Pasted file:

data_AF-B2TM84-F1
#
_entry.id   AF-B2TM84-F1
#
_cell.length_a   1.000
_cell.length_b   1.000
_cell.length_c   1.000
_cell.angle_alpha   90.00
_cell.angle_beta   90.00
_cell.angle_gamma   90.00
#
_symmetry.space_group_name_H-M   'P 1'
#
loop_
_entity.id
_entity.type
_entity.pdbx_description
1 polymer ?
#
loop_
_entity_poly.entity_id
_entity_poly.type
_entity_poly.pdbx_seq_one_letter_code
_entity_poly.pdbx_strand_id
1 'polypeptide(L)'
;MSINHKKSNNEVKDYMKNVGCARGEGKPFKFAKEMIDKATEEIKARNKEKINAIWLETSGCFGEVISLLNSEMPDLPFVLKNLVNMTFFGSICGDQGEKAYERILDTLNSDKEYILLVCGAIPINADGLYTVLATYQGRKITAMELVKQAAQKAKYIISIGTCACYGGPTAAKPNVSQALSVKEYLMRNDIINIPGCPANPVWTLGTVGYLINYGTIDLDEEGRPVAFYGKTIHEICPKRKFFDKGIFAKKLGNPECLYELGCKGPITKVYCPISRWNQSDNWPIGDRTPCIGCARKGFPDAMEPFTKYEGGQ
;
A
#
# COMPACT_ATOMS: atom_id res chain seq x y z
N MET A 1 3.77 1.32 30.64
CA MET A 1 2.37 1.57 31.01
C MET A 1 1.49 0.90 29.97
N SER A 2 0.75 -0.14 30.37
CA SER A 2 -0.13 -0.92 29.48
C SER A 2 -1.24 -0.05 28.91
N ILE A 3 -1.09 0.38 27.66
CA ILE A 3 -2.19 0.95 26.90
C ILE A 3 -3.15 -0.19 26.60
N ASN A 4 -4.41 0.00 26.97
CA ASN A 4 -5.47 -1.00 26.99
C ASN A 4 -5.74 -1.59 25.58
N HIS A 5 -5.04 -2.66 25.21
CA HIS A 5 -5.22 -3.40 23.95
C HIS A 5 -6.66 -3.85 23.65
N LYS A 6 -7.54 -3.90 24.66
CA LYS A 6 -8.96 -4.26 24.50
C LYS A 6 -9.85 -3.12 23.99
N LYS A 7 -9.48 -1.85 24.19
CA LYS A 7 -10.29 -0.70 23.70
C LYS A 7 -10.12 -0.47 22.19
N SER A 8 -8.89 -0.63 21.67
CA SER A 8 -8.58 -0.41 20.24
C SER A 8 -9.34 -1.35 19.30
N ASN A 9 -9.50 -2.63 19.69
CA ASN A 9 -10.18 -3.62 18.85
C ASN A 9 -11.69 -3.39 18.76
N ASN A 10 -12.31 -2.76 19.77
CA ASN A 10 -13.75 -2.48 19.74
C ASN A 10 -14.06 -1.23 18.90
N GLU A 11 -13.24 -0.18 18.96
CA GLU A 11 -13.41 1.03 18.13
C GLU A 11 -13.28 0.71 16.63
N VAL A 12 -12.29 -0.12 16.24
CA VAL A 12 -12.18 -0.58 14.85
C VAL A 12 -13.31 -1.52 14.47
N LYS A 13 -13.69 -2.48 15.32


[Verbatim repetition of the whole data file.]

data_AF-B2TM84-F1
#
_entry.id   AF-B2TM84-F1
#
_cell.length_a   1.000
_cell.length_b   1.000
_cell.length_c   1.000
_cell.angle_alpha   90.00
_cell.angle_beta   90.00
_cell.angle_gamma   90.00
#
_symmetry.space_group_name_H-M   'P 1'
#
loop_
_entity.id
_entity.type
_entity.pdbx_description
1 polymer ?
#
loop_
_entity_poly.entity_id
_entity_poly.type
_entity_poly.pdbx_seq_one_letter_code
_entity_poly.pdbx_strand_id
1 'polypeptide(L)'
;MSINHKKSNNEVKDYMKNVGCARGEGKPFKFAKEMIDKATEEIKARNKEKINAIWLETSGCFGEVISLLNSEMPDLPFVLKNLVNMTFFGSICGDQGEKAYERILDTLNSDKEYILLVCGAIPINADGLYTVLATYQGRKITAMELVKQAAQKAKYIISIGTCACYGGPTAAKPNVSQALSVKEYLMRNDIINIPGCPANPVWTLGTVGYLINYGTIDLDEEGRPVAFYGKTIHEICPKRKFFDKGIFAKKLGNPECLYELGCKGPITKVYCPISRWNQSDNWPIGDRTPCIGCARKGFPDAMEPFTKYEGGQ
;
A
#
# COMPACT_ATOMS: atom_id res chain seq x y z
N MET A 1 3.77 1.32 30.64
CA MET A 1 2.37 1.57 31.01
C MET A 1 1.49 0.90 29.97
N SER A 2 0.75 -0.14 30.37
CA SER A 2 -0.13 -0.92 29.48
C SER A 2 -1.24 -0.05 28.91
N ILE A 3 -1.09 0.38 27.66
CA ILE A 3 -2.19 0.95 26.90
C ILE A 3 -3.15 -0.19 26.60
N ASN A 4 -4.41 0.00 26.97
CA ASN A 4 -5.47 -1.00 26.99
C ASN A 4 -5.74 -1.59 25.58
N HIS A 5 -5.04 -2.66 25.21
CA HIS A 5 -5.22 -3.40 23.95
C HIS A 5 -6.66 -3.85 23.65
N LYS A 6 -7.54 -3.90 24.66
CA LYS A 6 -8.96 -4.26 24.50
C LYS A 6 -9.85 -3.12 23.99
N LYS A 7 -9.48 -1.85 24.19
CA LYS A 7 -10.29 -0.70 23.70
C LYS A 7 -10.12 -0.47 22.19
N SER A 8 -8.89 -0.63 21.67
CA SER A 8 -8.58 -0.41 20.24
C SER A 8 -9.34 -1.35 19.30
N ASN A 9 -9.50 -2.63 19.69
CA ASN A 9 -10.18 -3.62 18.85
C ASN A 9 -11.69 -3.39 18.76
N ASN A 10 -12.31 -2.76 19.77
CA ASN A 10 -13.75 -2.48 19.74
C ASN A 10 -14.06 -1.23 18.90
N GLU A 11 -13.24 -0.18 18.96
CA GLU A 11 -13.41 1.03 18.13
C GLU A 11 -13.28 0.71 16.63
N VAL A 12 -12.29 -0.12 16.24
CA VAL A 12 -12.18 -0.58 14.85
C VAL A 12 -13.31 -1.52 14.47
N LYS A 13 -13.69 -2.48 15.32